A good tour book helps everyone
navigate unfamiliar territory
A day later, we were in Littleton, Massachusetts for the 2015 installment of the Littleton Country Gardeners’ Holiday House Tour.  Decorated houses are a fund-raising staple for garden clubs.  The trick is to find between five and ten homeowners who do a great job of decorating and are willing to open their houses to total strangers for a day (the other trick is to have an incantation that will ensure good weather).
Littleton has a wonderfully active garden club that maintains 13 ‘wayside gardens’ around the community and has undertaken the replanting of gardens on the town common as well as at the town hall.  There’s a fresh floral arrangement each week at the town library. That’s just part of how the club serves its exurban community of 9,000, 26 miles northwest of the Financial District.  The Holiday House Tour helps defray the cost of those good works. 
An India-themed tree
(double-click for a full screen)
A good tour starts with a good program book.  Littleton’s provides an easy-to-follow map with a paragraph-long synopsis of what makes the decorations interesting and, where appropriate, a history of the house (one of the homes on the tour dates to 1780).  The Littleton program also includes a photo of the house’s exterior to help identify the location.
Every good tour should have at least one home where the owner or owners pull out all the stops.  A home on Goldsmith Street in Littleton fit that description to a tee.  She starts decorating in October.  From the outside, the home is a pleasant, sprawling 1930s Cape.  In the inside, it is Christmas in every room and it is glorious.  Every flat surface in the home is occupied by a tree, a Santa, a village, carolers, or some other reminder of the holiday.  
How about a post office-themed Christmas tree?  There was one, and if I looked long enough for the right kind of ornaments, I could probably replicate that tree.  But how about a tree with a theme of India?  I marveled at a tree overflowing with elephants, Hindu goddesses, peacocks… you name it and, if it had anything to do with India, it was on tree.  I asked the homeowner how many times she had been to India.  “Never,” she said.  “I just saw a few ornaments and went on from there.”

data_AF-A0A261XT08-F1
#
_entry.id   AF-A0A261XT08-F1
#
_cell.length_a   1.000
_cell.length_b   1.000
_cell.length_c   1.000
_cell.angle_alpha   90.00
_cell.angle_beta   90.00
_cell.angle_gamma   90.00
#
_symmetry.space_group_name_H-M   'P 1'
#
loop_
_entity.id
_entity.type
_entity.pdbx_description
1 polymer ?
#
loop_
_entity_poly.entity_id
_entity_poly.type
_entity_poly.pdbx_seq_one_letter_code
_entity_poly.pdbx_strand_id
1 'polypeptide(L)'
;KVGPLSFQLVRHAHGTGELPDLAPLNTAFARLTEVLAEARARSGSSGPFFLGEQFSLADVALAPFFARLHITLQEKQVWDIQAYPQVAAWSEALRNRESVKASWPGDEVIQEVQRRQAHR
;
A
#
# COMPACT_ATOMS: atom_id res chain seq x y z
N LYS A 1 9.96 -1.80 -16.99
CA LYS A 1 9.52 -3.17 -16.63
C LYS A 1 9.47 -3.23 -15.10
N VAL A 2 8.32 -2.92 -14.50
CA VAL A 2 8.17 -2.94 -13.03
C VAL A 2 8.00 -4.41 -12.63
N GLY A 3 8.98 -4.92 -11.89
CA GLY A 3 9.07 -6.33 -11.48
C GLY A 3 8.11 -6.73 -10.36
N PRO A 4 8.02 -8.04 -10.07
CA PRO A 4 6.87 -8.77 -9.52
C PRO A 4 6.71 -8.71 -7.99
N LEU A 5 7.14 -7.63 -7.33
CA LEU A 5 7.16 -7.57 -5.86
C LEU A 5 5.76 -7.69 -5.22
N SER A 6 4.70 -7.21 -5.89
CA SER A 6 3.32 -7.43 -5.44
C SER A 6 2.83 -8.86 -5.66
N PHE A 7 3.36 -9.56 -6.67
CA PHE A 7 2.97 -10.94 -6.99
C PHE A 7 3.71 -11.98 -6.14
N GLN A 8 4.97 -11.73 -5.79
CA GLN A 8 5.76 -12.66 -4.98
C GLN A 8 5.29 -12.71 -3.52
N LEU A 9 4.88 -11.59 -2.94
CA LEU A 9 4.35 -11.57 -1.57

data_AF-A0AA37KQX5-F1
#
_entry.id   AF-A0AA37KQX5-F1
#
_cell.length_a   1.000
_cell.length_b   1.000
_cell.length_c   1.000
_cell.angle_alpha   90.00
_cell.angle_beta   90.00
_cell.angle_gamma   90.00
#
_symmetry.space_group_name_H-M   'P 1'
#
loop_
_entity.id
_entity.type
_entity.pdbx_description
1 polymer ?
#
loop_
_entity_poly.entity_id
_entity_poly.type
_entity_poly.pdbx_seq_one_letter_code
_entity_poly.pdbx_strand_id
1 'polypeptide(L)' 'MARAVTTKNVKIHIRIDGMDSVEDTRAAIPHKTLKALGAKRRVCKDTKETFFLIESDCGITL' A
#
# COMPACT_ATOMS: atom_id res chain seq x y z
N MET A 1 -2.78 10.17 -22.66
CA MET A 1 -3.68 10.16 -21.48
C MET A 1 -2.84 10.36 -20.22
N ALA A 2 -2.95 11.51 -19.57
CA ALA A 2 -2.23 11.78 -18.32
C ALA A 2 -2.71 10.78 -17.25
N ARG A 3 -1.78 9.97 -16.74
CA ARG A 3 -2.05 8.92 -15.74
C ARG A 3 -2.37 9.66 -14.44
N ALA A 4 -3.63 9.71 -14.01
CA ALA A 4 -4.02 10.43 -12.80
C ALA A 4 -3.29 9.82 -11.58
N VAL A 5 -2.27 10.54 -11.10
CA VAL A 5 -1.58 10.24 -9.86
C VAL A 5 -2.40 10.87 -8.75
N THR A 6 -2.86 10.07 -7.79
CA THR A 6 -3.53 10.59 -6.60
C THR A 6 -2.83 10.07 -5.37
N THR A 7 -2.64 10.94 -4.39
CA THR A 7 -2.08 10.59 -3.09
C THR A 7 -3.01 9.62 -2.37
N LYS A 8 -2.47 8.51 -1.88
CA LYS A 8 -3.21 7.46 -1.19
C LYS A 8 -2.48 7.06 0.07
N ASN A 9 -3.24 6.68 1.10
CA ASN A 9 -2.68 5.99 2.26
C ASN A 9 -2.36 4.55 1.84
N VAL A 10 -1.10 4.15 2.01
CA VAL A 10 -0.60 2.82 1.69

A good house tour should also include an informative and talkative host.  At that circa-1780 house, the homeowner was more than pleased to take us on a guided tour of the downstairs, starting with the core historic building and then showing us how the colonial-era elements were preserved and incorporated into an attractive, modern home.  And our personalized tour, of course, was held amid a very beautifully Christmas-decorated home.
Why were the fireplace logs numbered?
The other thing I look for in a house tour is a ‘why-didn’t-I-think-of-that?’ moment, and I found it at a log home on Foster Street.  Amid a home filled with eclectic collections, I encountered a firewood rack filled with foot-long pine logs next to a fireplace.  Nothing unusual there, except that these logs all bore hand-written inscriptions like ’97 and ’99.
Baffled, I asked the homeowner if she could explain the meaning of the numbers on the logs.  She explained that, each year, the family purchased a 14-foot-tall tree for their cathedral-ceilinged family room.  And, each year, when the tree came down, they cut off the bottom-most foot of the tree and inscribed the date.  It was their way of keeping a little piece of each Christmas so that they could enjoy it for years to come. 
Now why didn’t I think of that?